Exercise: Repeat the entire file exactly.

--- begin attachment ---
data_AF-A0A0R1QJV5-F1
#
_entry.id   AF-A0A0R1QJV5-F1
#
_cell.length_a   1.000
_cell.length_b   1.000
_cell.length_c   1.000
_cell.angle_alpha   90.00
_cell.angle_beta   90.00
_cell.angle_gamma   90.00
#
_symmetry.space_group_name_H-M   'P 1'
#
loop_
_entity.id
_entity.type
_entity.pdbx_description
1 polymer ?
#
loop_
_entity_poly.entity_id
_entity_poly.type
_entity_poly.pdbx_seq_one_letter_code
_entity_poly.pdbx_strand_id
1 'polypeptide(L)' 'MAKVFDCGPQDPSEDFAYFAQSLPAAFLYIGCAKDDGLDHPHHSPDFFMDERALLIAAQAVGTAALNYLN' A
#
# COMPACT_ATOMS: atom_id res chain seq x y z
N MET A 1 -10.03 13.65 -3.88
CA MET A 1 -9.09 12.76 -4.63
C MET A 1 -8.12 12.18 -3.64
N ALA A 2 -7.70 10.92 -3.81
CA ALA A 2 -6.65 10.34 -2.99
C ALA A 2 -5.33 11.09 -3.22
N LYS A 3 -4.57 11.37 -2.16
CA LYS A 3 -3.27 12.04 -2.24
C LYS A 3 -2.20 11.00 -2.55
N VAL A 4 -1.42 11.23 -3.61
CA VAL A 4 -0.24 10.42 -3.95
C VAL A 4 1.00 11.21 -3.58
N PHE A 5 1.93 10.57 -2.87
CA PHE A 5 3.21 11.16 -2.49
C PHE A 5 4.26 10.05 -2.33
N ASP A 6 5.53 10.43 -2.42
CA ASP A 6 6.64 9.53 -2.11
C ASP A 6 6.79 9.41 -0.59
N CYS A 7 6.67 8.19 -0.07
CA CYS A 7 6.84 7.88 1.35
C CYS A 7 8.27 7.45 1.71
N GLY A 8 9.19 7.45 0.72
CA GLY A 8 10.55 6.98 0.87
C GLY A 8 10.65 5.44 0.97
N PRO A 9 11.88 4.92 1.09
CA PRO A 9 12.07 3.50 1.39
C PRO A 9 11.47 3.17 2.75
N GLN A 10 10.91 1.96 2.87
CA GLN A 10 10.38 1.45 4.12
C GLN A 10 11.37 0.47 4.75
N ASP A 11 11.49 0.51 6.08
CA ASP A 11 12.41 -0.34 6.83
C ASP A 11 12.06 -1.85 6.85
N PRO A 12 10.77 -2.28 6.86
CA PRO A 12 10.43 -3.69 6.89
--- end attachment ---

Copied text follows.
data_AF-A0A0R1QJV5-F1
#
_entry.id   AF-A0A0R1QJV5-F1
#
_cell.length_a   1.000
_cell.length_b   1.000
_cell.length_c   1.000
_cell.angle_alpha   90.00
_cell.angle_beta   90.00
_cell.angle_gamma   90.00
#
_symmetry.space_group_name_H-M   'P 1'
#
loop_
_entity.id
_entity.type
_entity.pdbx_description
1 polymer ?
#
loop_
_entity_poly.entity_id
_entity_poly.type
_entity_poly.pdbx_seq_one_letter_code
_entity_poly.pdbx_strand_id
1 'polypeptide(L)' 'MAKVFDCGPQDPSEDFAYFAQSLPAAFLYIGCAKDDGLDHPHHSPDFFMDERALLIAAQAVGTAALNYLN' A
#
# COMPACT_ATOMS: atom_id res chain seq x y z
N MET A 1 -10.03 13.65 -3.88
CA MET A 1 -9.09 12.76 -4.63
C MET A 1 -8.12 12.18 -3.64
N ALA A 2 -7.70 10.92 -3.81
CA ALA A 2 -6.65 10.34 -2.99
C ALA A 2 -5.33 11.09 -3.22
N LYS A 3 -4.57 11.37 -2.16
CA LYS A 3 -3.27 12.04 -2.24
C LYS A 3 -2.20 11.00 -2.55
N VAL A 4 -1.42 11.23 -3.61
CA VAL A 4 -0.24 10.42 -3.95
C VAL A 4 1.00 11.21 -3.58
N PHE A 5 1.93 10.57 -2.87
CA PHE A 5 3.21 11.16 -2.49
C PHE A 5 4.26 10.05 -2.33
N ASP A 6 5.53 10.43 -2.42
CA ASP A 6 6.64 9.53 -2.11
C ASP A 6 6.79 9.41 -0.59
N CYS A 7 6.67 8.19 -0.07
CA CYS A 7 6.84 7.88 1.35
C CYS A 7 8.27 7.45 1.71
N GLY A 8 9.19 7.45 0.72
CA GLY A 8 10.55 6.98 0.87
C GLY A 8 10.65 5.44 0.97
N PRO A 9 11.88 4.92 1.09
CA PRO A 9 12.07 3.50 1.39
C PRO A 9 11.47 3.17 2.75
N GLN A 10 10.91 1.96 2.87
CA GLN A 10 10.38 1.45 4.12
C GLN A 10 11.37 0.47 4.75
N ASP A 11 11.49 0.51 6.08
CA ASP A 11 12.41 -0.34 6.83
C ASP A 11 12.06 -1.85 6.85
N PRO A 12 10.77 -2.28 6.86
CA PRO A 12 10.43 -3.69 6.89